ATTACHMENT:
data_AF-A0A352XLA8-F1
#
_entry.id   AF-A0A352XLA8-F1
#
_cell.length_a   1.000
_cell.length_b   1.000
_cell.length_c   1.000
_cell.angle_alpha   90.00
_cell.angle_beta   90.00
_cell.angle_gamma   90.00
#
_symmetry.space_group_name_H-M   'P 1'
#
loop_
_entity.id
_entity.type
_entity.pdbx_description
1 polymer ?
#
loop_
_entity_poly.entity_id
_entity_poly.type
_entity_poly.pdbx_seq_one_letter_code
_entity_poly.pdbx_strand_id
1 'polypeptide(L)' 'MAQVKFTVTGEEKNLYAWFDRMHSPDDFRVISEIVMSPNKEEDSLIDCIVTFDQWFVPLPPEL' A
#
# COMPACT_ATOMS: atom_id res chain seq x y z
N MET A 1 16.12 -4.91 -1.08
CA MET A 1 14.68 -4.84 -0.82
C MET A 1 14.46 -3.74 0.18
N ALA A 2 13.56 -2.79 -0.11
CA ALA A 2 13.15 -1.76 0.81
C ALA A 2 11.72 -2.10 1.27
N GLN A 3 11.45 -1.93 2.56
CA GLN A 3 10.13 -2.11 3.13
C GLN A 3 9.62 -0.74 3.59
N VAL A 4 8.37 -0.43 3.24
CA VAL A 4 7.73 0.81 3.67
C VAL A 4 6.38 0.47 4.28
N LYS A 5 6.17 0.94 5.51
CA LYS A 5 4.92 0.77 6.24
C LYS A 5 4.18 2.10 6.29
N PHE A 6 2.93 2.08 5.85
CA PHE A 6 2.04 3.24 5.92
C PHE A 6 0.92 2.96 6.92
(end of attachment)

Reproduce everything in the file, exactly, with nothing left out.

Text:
data_AF-A0A352XLA8-F1
#
_entry.id   AF-A0A352XLA8-F1
#
_cell.length_a   1.000
_cell.length_b   1.000
_cell.length_c   1.000
_cell.angle_alpha   90.00
_cell.angle_beta   90.00
_cell.angle_gamma   90.00
#
_symmetry.space_group_name_H-M   'P 1'
#
loop_
_entity.id
_entity.type
_entity.pdbx_description
1 polymer ?
#
loop_
_entity_poly.entity_id
_entity_poly.type
_entity_poly.pdbx_seq_one_letter_code
_entity_poly.pdbx_strand_id
1 'polypeptide(L)' 'MAQVKFTVTGEEKNLYAWFDRMHSPDDFRVISEIVMSPNKEEDSLIDCIVTFDQWFVPLPPEL' A
#
# COMPACT_ATOMS: atom_id res chain seq x y z
N MET A 1 16.12 -4.91 -1.08
CA MET A 1 14.68 -4.84 -0.82
C MET A 1 14.46 -3.74 0.18
N ALA A 2 13.56 -2.79 -0.11
CA ALA A 2 13.15 -1.76 0.81
C ALA A 2 11.72 -2.10 1.27
N GLN A 3 11.45 -1.93 2.56
CA GLN A 3 10.13 -2.11 3.13
C GLN A 3 9.62 -0.74 3.59
N VAL A 4 8.37 -0.43 3.24
CA VAL A 4 7.73 0.81 3.67
C VAL A 4 6.38 0.47 4.28
N LYS A 5 6.17 0.94 5.51
CA LYS A 5 4.92 0.77 6.24
C LYS A 5 4.18 2.10 6.29
N PHE A 6 2.93 2.08 5.85
CA PHE A 6 2.04 3.24 5.92
C PHE A 6 0.92 2.96 6.92